We begin in typical Elder Scrolls fashion, with a pounding and sweeping Zimmer-esque “main theme”: Reign of the Septims, which quite adequately sums up the entire soundtrack in a single piece. Heavy, building anthems interspersed with softer pieces to convey different tones – perfect for a game whose tone varies so wildly. The score tackles the grandeur of the Imperial City or the gravity of the Oblivion crisis (in say King and Country) as masterfully as it does simpler themes and events, such as browsing the Imperial City markets (in Dusk at the Market). A personal highlight for me is Glory of Cyrodiil, a theme whose name would suggest a grand fanfare or the like. Instead we get a rather dark and mysterious piece which builds tension before easing into a calming groove. Whether the piece  intentionally contradicts its name to make a point is something only Jeremy Soule knows, but I certainly find myself reading it that way. Governments, states and monarchies in the Elder Scrolls series have always been somewhat proud and flawed, so for this piece to be slightly uncomfortable actually makes sense.

Other highlights would have to be some of the subtler pieces that experiment with different lead instruments. The peaceful plucking of Minstrel’s Lament, is a fine example, as is my personal favourite piece on the soundtrack: Sunrise of Flutes. This piece exhibits how Soule’s score can simply succeed at being…nice. So many composers seem afraid to (or are told not to) write more positive and hopeful pieces, and simply stick to grim darkness like a mudcrab to the shore. I think this is why I love Oblivion‘s score so much; it isn’t afraid to mix light in with darkness. When a game – and by virtue its soundtrack – is an everlasting onslaught of bleakness, it can of ten make us feel like there’s nothing even worth achieving/fighting for. In other words: when there are no highs, there is no context for the lows.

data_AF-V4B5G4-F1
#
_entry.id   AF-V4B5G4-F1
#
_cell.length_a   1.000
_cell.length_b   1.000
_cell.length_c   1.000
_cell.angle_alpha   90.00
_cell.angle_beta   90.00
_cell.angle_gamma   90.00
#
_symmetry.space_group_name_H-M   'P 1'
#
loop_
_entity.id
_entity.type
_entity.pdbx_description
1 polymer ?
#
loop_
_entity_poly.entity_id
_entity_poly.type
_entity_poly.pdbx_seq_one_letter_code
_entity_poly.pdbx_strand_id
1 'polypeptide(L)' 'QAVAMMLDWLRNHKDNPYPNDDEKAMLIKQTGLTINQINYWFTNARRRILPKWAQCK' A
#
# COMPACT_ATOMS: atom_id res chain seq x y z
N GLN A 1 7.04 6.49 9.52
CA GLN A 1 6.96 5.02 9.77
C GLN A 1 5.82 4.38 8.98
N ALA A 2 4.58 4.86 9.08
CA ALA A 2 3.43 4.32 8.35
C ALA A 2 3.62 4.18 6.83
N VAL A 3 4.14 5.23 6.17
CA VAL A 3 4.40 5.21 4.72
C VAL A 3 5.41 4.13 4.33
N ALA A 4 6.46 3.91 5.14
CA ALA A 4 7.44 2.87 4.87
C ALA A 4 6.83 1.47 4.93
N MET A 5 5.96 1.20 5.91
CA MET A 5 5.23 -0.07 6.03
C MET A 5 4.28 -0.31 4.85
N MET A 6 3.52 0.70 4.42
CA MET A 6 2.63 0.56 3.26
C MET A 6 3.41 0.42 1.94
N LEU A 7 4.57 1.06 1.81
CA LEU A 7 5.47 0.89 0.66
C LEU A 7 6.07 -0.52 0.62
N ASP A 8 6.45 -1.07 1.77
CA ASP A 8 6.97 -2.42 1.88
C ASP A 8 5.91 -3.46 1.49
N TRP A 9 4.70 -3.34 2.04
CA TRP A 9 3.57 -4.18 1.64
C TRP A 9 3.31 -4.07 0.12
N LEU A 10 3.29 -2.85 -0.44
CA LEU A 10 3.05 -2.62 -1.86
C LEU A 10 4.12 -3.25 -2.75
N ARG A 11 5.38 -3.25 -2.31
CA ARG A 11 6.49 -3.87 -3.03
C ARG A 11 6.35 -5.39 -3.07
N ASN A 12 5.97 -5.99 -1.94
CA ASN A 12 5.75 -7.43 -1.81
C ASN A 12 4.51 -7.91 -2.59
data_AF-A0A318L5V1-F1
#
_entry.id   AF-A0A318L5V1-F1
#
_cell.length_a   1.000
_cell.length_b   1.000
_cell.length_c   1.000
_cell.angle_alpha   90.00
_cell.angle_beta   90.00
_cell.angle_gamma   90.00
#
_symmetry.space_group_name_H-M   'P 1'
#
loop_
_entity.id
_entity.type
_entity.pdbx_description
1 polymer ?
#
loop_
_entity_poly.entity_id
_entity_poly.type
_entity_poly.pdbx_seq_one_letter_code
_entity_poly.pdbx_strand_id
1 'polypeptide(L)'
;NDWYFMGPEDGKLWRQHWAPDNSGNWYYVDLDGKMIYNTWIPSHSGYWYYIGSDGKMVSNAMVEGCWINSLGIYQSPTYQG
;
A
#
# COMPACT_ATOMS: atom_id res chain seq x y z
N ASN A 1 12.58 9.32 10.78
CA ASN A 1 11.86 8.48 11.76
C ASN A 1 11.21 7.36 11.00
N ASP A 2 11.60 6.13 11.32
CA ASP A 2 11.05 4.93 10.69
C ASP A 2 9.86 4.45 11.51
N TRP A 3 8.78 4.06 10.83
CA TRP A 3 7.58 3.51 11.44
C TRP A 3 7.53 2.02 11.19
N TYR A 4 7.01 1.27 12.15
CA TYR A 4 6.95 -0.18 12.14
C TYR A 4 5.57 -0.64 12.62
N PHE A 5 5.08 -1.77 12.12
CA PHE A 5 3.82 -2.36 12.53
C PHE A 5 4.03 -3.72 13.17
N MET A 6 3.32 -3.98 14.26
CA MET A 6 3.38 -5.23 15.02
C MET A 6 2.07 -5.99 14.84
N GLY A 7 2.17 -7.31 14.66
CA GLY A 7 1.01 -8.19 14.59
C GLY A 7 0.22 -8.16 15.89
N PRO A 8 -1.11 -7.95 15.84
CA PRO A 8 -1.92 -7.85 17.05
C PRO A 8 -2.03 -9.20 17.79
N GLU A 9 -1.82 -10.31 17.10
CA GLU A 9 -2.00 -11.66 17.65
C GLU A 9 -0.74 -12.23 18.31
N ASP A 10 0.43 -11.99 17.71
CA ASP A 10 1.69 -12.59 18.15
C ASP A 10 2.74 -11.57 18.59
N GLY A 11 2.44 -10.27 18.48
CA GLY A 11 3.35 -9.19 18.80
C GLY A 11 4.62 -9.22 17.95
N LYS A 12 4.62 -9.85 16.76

What these pieces achieve so perfectly is a powerful sense of place. When you hear Death Knell  you can almost feel the daedra pursuing you under red skies. When you hear Harvest Dawn you can almost feel the warmth of the morning sun as it illuminates the work and play of the townsfolk. These pieces put you right back into the world of Cyrodiil to relive those exciting and unpredictable moments once more. All good fantasy should draw you into its world, and a brilliant soundscape can often achieve this just as well as ingenious character design or clever writing. Soule’s score shows you the good, the bad and the ugly of Cyrodiil, and it’s unafraid to take you by the hand and guide you through its lush fields and dank caverns.

Liam Lambert

Liam is a writer from the UK. He is currently pursuing his childhood dream of become a professional wrestler, by constantly wrestling with his deteriorating mental health.